I've just received the fax with the Perkins 4236M curves. Thanks a lot again!
    You're a great and most collaborative guy!
     
  13. Tad
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    Location: Flattop Islands

    Tad Boat Designer

    Oh yes they do.

    Again, (see above posts) a troller hull (the real thing) is designed to carry a load. That load is a hold full of ice and dead fish. The VCG of this load is quite high, due to freeboard, approx at the waterline or above. Loaded trollers are very comfortable in a sea, they roll a looonngg way over, but slowly. So working and living aboard for long periods is bearable. People convert trollers to pleasure boats and add ballast, usually in the form of lead in the bottom of the hold. They then complain that the boat has a snappy and uncomfortable roll.

    On this coast is is usual for trollers to fit passive stabilizers called "Batwings". This is a flat steel plate extending horizontally either side of the keel amidships. The plate carries across the full beam of the boat and is braced at it's outboard end with a vertical steel plate strut, which is bolted to the hull through the topsides. Crude but effective. These are fit in addition to the paravane stabilizers which hang from the trolling poles. Pictures below.



    LF1359_norse_provider_12.jpg

    LW1385_Ocean_Challenger_05.jpg
     
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  14. Guillermo
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    Guillermo Ingeniero Naval

    I totally agree. That's why GRP for displacement fishing boats has had no success over here, except for mussel farming uses. GRP boats are lighter than wood or steel, so, for the same hull forms (And fishermen do like those forms) they need to add ballast, which makes movements at sea more uncorfortable, so they add bilge keels, or the like, etc. For mussel farming they use 18 m (typically) beamy boats, bringing mussel cargo on deck (a lot of tons!), inside the protected waters of the Galician Rías. So, stability demands are quite different and GRP has had its place for this use, competing with wood and steel. The rest of displacement boats is either wood or steel (wood the small ones and steel the big ones)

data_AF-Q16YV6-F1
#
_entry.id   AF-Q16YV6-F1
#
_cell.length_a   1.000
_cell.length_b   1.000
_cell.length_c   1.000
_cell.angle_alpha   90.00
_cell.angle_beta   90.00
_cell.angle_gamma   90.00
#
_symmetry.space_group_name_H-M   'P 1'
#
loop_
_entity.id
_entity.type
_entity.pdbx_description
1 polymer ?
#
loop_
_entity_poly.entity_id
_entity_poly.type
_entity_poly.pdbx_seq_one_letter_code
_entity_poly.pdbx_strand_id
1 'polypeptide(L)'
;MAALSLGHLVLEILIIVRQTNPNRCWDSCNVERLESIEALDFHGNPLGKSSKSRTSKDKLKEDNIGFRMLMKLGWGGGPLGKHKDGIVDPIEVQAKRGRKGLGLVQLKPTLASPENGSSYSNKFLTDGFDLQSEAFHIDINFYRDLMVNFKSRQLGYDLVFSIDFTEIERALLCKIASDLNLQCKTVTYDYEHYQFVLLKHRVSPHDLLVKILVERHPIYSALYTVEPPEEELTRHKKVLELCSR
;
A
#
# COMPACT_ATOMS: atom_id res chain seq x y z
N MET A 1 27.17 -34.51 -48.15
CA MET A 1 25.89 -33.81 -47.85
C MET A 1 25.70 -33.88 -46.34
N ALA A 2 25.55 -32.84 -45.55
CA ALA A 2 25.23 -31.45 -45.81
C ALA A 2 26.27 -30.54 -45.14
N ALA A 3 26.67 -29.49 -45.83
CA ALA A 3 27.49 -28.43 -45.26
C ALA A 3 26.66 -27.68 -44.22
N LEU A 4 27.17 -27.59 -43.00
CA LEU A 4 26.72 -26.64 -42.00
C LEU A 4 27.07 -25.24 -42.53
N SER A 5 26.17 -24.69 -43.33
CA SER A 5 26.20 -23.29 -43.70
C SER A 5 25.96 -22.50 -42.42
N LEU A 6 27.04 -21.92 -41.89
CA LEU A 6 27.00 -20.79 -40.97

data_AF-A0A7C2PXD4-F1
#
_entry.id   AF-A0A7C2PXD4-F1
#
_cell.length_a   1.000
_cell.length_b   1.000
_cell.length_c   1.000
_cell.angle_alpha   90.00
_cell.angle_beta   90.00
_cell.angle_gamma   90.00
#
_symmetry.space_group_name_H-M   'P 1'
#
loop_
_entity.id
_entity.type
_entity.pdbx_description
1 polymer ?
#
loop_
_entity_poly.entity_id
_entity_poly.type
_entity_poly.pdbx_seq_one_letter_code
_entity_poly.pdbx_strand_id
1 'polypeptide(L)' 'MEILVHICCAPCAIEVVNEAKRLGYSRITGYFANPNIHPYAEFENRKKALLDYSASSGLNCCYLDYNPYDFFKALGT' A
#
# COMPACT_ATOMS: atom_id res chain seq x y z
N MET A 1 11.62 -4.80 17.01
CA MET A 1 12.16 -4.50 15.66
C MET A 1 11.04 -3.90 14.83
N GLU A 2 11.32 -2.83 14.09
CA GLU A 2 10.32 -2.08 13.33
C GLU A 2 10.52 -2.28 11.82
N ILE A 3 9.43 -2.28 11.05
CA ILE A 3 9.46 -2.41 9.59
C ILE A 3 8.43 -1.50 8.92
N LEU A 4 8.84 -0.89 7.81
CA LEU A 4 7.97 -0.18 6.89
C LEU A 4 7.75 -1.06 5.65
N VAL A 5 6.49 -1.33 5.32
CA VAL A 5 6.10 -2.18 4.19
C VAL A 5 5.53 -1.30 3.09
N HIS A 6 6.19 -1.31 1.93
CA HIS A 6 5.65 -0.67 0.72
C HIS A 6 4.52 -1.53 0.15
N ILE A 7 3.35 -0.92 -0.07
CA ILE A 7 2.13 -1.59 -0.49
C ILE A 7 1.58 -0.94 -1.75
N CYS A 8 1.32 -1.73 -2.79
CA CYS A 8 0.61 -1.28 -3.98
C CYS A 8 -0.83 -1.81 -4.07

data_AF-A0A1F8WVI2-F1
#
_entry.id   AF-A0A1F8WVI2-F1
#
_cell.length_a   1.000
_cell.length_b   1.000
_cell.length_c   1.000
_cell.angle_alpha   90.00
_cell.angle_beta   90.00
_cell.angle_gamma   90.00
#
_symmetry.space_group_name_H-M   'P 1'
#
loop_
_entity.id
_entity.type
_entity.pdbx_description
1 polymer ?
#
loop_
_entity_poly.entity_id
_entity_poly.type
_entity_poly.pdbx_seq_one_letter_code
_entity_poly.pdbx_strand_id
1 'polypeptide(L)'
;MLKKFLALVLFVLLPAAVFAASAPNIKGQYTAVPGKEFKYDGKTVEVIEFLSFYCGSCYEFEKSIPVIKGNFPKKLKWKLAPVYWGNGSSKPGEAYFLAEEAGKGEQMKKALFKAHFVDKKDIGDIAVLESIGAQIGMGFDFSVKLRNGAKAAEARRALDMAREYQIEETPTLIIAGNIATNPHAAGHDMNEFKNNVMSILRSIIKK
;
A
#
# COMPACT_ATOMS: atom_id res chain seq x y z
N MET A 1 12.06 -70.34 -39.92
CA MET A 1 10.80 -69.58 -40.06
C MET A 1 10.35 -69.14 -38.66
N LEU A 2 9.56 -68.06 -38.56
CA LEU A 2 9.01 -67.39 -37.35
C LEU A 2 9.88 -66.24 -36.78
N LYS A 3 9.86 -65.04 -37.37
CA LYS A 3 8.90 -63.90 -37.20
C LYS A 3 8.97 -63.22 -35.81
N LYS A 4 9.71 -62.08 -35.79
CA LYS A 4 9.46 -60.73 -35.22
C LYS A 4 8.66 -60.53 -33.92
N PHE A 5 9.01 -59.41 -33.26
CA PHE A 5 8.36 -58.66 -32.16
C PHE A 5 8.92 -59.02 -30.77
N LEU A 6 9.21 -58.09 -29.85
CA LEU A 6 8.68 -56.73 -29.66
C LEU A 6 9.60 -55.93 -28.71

(See a typical wooden mussel boat and its structure in photos below. Also an small wooden gill-netter)

    Do they carry those "Batwings" at all times? Don't they interfere with the fishing operations? (tangling nets or ropes, etc). In Galicia they go for bilge keels, as said before. I would appreciate more info and photos on that system, if you are so kind.
    Cheers.
     

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  15. Tad
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    Tad Boat Designer

    Guillermo,

    Sorry I don't have a good picture of Batwings, but I'll keep looking. They are fixed in place and totally passive, thus there forever. Lots of added drag, but fishermen being fishermen, they claim no speed reduction!! Viewed from ahead all you see are the edges of the steel plate, no stiffeners. Depending on boat size the plate might be 3/8" or 1/2" thick (10-12mm). In plan view they often taper from the keel out to the tip, so that lines will brush off. But everything gets tangled in them if you let it.

    The red boat above is nice looking. Years ago we had a big sailing yacht built at the Mefasa Shipyard in Aviles, Asturias. Alejandra was launched in 1993. There was a fleet of beautiful steel fishing boats working out of that harbour, about 25m long? Maybe longliners or offshore gillnetters? Very elaborate shapes for steel.

    Tad